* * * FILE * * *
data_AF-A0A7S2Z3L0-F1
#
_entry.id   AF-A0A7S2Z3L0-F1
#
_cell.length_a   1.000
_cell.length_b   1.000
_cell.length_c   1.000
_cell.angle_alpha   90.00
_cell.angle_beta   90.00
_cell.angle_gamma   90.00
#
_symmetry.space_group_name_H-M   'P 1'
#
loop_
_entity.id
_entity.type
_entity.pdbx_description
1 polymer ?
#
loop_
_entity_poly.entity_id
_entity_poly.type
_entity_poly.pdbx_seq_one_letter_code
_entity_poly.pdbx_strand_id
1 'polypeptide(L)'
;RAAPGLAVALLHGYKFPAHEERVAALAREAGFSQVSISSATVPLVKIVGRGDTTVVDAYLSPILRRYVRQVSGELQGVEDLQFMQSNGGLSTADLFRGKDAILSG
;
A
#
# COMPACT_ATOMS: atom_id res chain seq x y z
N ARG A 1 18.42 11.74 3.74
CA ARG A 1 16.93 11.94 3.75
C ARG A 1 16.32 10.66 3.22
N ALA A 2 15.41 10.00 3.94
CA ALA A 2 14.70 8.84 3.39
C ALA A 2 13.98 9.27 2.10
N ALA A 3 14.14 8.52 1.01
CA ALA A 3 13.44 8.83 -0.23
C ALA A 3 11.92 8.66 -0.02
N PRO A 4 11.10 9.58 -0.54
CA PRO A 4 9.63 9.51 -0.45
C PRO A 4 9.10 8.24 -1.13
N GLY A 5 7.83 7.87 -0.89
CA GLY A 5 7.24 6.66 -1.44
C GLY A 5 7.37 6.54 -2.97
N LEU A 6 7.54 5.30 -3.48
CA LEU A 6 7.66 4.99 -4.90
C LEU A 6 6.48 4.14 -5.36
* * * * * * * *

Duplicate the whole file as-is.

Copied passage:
data_AF-A0A7S2Z3L0-F1
#
_entry.id   AF-A0A7S2Z3L0-F1
#
_cell.length_a   1.000
_cell.length_b   1.000
_cell.length_c   1.000
_cell.angle_alpha   90.00
_cell.angle_beta   90.00
_cell.angle_gamma   90.00
#
_symmetry.space_group_name_H-M   'P 1'
#
loop_
_entity.id
_entity.type
_entity.pdbx_description
1 polymer ?
#
loop_
_entity_poly.entity_id
_entity_poly.type
_entity_poly.pdbx_seq_one_letter_code
_entity_poly.pdbx_strand_id
1 'polypeptide(L)'
;RAAPGLAVALLHGYKFPAHEERVAALAREAGFSQVSISSATVPLVKIVGRGDTTVVDAYLSPILRRYVRQVSGELQGVEDLQFMQSNGGLSTADLFRGKDAILSG
;
A
#
# COMPACT_ATOMS: atom_id res chain seq x y z
N ARG A 1 18.42 11.74 3.74
CA ARG A 1 16.93 11.94 3.75
C ARG A 1 16.32 10.66 3.22
N ALA A 2 15.41 10.00 3.94
CA ALA A 2 14.70 8.84 3.39
C ALA A 2 13.98 9.27 2.10
N ALA A 3 14.14 8.52 1.01
CA ALA A 3 13.44 8.83 -0.23
C ALA A 3 11.92 8.66 -0.02
N PRO A 4 11.10 9.58 -0.54
CA PRO A 4 9.63 9.51 -0.45
C PRO A 4 9.10 8.24 -1.13
N GLY A 5 7.83 7.87 -0.89
CA GLY A 5 7.24 6.66 -1.44
C GLY A 5 7.37 6.54 -2.97
N LEU A 6 7.54 5.30 -3.48
CA LEU A 6 7.66 4.99 -4.90
C LEU A 6 6.48 4.14 -5.36